Great White Shark Population in SoCal Increasing? Research Says No | The Informer | Los Angeles | Los Angeles News and Events | LA Weekly
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Environment

Great White Shark Population in SoCal Increasing? Research Says No

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Fri, Sep 2, 2011 at 4:44 PM

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Three shark sightings off the coast of San Diego in the last two weeks led to binocular-wielding tourists staking out areas like Mission Beach and La Jolla in hopes of catching a glimpse of a fishy dorsal fin.

The Los Angeles Times reported in their story covering the sightings that "researchers also think the great white shark population may be growing in California."

Last week, a baby white shark was captured off the Huntington Pier. Another juvenile was caught two weeks ago off Malibu and is now housed at the Monterey Bay aquarium, which begs the question: are great white shark populations growing?

A recent study says they are not. In fact, they might actually be shrinking.

An article from the Christian Science Monitor explains:

"It's lower than we expected, and also substantially smaller than populations of other large marine predators, such as killer whales and polar bears," said Ted Chapple, a postdoctoral researcher at the Max Planck Institute in Germany.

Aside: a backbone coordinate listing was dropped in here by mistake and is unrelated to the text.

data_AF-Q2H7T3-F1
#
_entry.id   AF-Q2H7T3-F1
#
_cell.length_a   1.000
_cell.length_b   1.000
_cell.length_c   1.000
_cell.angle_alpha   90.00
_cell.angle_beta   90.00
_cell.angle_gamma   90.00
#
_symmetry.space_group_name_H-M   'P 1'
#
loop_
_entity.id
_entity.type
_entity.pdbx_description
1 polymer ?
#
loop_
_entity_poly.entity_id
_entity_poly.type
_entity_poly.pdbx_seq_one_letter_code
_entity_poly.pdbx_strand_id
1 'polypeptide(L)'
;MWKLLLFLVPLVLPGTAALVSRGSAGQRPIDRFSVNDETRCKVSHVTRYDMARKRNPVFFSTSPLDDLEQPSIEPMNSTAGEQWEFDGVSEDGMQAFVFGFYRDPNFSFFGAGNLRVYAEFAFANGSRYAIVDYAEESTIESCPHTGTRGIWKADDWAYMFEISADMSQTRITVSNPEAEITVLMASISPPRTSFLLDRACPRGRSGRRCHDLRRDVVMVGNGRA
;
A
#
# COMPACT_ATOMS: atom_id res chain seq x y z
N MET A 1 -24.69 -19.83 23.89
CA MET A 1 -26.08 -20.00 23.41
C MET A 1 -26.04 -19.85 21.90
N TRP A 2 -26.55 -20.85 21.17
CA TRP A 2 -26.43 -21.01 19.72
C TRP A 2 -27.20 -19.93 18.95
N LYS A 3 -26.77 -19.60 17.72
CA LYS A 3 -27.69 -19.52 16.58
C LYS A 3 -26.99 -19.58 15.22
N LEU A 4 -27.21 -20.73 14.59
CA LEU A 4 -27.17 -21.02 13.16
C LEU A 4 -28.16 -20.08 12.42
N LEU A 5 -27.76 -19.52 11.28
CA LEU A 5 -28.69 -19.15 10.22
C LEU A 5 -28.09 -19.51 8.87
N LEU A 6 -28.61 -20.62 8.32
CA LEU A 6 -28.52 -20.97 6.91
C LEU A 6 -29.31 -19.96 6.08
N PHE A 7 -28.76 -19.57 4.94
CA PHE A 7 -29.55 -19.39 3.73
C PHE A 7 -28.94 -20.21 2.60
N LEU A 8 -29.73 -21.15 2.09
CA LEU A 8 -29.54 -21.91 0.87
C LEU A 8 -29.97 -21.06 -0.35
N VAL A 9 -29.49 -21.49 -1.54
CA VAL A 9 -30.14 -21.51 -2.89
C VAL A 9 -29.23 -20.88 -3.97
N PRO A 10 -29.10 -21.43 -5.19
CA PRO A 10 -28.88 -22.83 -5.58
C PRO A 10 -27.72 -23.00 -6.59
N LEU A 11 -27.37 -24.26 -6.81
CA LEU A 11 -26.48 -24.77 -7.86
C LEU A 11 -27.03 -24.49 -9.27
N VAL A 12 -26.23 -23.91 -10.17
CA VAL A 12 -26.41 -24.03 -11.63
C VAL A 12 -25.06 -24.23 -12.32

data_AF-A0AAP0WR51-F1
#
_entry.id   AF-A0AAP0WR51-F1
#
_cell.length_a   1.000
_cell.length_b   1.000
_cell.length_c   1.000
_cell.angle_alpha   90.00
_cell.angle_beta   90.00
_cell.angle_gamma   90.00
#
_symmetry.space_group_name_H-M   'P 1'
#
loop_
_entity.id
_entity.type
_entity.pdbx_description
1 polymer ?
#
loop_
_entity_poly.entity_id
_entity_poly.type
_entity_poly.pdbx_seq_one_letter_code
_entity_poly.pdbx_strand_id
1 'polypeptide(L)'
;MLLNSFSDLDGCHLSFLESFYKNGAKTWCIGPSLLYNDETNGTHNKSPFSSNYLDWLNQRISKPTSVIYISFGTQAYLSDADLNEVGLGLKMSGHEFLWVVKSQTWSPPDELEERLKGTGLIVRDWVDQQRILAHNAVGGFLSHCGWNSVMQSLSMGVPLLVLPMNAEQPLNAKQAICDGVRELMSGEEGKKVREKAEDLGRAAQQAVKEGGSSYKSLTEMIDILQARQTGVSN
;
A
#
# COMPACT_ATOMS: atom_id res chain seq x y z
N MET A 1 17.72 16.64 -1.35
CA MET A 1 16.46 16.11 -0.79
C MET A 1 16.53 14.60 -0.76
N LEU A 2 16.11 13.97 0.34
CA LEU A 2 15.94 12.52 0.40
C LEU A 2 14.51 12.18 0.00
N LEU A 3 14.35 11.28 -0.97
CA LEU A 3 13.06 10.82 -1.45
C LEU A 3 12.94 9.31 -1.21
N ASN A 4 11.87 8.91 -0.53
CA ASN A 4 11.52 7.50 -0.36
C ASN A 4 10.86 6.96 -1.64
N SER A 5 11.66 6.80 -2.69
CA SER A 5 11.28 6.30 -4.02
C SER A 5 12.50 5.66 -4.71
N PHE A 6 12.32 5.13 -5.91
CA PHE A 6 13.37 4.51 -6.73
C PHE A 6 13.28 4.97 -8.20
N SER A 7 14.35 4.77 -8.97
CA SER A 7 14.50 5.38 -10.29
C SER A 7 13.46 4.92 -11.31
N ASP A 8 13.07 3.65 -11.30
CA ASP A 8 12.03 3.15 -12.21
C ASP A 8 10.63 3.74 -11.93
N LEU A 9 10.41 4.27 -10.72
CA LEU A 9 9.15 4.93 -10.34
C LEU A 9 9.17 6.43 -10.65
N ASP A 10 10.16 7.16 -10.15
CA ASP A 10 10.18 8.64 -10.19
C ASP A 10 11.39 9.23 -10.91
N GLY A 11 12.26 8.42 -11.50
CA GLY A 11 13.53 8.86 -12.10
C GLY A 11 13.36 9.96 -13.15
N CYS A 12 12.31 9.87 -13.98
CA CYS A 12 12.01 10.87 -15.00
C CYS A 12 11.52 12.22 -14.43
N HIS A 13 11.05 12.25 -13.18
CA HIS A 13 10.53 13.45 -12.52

The study was conducted in a well-known shark hot-spot in the northeast Pacific Ocean, aka near us in California. Scientists identified 131 individual sharks and, from that information, estimated that more than 200 occupy those waters.

This research was the first, extensive census of white shark populations in a large region. But since the information is so new, other scientists, like Dr. Richard Rosenblatt of the Scripps Institute of Oceanography in La Jolla, are not ready to say whether or not the shark population is growing or shrinking.

But he does think SoCal might be a white shark nursery.

"One hypothesis that seems to be holding up is that females come to the warmer waters south of Point Conception to give birth," Rosenblatt told the Weekly via email.

Rosenblatt points out that sightings in San Diego could be the same shark and says that "shark sightings seem to be contagious."

Sightings also cause beaches to conduct mandatory closures too, which is like closing down a park because an unleashed dog ran through (dogs kill far more people than sharks each year). So, you might want to hold your tongue and enjoy the water one last time before it gets too cold.

And check the video below shot by an insanely brave surfer who filmed white sharks checking him out in San Onofre in northern San Diego County, it might change your mind about the vicious reputations of sharks. Note, the surfer was not attacked.

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